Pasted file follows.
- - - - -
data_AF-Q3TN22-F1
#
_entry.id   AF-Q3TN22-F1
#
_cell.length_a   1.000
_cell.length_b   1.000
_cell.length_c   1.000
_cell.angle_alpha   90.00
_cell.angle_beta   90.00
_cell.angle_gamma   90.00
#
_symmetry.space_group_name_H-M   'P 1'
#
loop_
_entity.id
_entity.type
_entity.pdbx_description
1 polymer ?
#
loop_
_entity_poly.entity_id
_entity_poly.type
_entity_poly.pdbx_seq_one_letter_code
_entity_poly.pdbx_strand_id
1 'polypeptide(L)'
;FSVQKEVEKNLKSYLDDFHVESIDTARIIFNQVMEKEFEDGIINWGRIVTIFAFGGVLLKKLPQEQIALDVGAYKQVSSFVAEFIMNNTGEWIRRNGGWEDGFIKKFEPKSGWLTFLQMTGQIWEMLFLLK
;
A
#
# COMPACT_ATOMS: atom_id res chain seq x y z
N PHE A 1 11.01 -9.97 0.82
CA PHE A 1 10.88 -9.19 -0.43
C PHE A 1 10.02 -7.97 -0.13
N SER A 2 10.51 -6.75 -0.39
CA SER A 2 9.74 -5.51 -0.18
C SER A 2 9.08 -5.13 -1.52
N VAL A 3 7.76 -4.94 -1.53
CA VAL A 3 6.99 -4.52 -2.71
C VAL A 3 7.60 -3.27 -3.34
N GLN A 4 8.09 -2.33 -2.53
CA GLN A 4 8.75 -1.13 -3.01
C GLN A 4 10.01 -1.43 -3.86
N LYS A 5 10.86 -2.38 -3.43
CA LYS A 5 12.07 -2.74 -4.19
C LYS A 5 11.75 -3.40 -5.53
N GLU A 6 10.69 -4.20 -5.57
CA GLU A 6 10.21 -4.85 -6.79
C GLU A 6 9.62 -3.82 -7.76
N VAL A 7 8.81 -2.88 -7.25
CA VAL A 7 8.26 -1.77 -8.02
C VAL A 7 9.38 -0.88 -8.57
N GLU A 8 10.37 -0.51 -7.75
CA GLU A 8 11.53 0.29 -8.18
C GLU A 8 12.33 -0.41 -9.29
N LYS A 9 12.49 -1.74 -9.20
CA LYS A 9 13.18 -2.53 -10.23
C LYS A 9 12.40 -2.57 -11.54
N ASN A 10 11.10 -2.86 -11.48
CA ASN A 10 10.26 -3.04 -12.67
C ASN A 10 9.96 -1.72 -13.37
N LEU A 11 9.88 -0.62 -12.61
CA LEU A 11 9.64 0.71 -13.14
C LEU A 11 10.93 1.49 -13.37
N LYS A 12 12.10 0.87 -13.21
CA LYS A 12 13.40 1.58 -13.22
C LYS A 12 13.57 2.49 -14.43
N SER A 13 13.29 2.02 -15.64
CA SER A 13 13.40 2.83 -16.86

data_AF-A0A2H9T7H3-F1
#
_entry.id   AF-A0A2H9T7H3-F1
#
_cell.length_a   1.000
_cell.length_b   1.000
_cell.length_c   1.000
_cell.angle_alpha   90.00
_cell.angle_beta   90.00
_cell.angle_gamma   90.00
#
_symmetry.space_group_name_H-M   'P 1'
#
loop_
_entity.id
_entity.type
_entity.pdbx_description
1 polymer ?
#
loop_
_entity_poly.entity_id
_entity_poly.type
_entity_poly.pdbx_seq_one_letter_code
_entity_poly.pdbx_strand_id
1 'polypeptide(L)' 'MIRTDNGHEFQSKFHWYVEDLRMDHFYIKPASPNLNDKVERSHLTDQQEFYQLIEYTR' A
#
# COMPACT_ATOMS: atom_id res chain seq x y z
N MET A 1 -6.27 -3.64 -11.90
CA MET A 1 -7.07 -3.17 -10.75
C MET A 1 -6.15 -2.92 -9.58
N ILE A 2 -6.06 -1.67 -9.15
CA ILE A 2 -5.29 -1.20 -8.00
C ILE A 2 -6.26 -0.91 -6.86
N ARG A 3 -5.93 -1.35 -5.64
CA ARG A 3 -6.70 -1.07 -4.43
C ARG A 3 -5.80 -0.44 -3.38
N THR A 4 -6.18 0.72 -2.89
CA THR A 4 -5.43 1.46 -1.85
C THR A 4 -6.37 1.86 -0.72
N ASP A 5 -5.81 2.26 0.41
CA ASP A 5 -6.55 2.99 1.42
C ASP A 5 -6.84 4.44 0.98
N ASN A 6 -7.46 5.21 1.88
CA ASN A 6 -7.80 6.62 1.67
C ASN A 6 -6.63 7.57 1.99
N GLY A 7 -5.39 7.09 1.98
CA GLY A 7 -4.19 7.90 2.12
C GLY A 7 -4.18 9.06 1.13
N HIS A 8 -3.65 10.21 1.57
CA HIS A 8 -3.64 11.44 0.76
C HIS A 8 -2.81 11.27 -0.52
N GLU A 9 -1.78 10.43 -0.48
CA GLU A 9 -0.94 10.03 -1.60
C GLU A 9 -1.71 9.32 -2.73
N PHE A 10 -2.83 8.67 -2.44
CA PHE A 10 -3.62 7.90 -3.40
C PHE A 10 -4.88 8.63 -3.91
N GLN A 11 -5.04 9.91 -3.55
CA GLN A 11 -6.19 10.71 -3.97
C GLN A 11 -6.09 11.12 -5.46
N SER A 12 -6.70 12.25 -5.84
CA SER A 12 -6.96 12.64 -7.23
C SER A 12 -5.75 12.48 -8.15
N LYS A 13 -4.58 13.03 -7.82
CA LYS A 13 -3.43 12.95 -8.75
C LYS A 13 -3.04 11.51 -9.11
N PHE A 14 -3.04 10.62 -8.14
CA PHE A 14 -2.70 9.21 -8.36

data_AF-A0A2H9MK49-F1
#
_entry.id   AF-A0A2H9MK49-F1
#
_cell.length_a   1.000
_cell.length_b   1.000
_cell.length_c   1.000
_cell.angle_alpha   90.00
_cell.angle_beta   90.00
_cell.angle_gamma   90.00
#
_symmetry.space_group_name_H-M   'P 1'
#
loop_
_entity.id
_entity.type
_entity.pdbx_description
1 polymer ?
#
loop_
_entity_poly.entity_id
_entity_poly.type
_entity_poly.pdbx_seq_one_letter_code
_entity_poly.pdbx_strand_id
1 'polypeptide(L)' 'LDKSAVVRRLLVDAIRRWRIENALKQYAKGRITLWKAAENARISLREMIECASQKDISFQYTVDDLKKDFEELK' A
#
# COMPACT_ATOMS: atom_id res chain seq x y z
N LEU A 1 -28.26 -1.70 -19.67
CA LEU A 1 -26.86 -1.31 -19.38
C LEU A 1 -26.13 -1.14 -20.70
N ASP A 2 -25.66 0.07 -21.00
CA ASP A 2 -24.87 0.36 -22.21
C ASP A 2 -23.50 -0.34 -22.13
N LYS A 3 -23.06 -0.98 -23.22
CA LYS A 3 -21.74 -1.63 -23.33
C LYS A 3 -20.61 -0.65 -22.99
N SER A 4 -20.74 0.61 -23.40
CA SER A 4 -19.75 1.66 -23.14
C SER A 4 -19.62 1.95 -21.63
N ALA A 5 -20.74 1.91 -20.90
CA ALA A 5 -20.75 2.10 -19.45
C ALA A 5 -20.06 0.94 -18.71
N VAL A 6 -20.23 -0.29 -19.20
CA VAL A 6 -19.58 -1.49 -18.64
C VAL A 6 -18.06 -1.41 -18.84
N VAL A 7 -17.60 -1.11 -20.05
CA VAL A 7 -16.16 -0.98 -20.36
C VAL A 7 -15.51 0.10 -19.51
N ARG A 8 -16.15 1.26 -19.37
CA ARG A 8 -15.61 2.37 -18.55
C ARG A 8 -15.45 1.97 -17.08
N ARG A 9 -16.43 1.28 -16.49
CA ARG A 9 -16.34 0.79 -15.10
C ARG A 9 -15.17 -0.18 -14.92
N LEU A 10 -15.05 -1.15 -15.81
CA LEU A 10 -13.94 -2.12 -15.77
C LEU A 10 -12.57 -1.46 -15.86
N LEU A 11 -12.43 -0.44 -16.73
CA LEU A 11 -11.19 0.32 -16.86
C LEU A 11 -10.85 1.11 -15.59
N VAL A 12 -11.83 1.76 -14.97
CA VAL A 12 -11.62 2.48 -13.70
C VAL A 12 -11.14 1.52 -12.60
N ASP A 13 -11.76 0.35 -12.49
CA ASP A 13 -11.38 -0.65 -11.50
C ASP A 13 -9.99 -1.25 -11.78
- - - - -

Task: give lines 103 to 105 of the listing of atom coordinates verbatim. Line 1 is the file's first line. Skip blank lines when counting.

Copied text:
CA ARG A 3 -6.70 -1.07 -4.43
C ARG A 3 -5.80 -0.44 -3.38
N THR A 4 -6.18 0.72 -2.89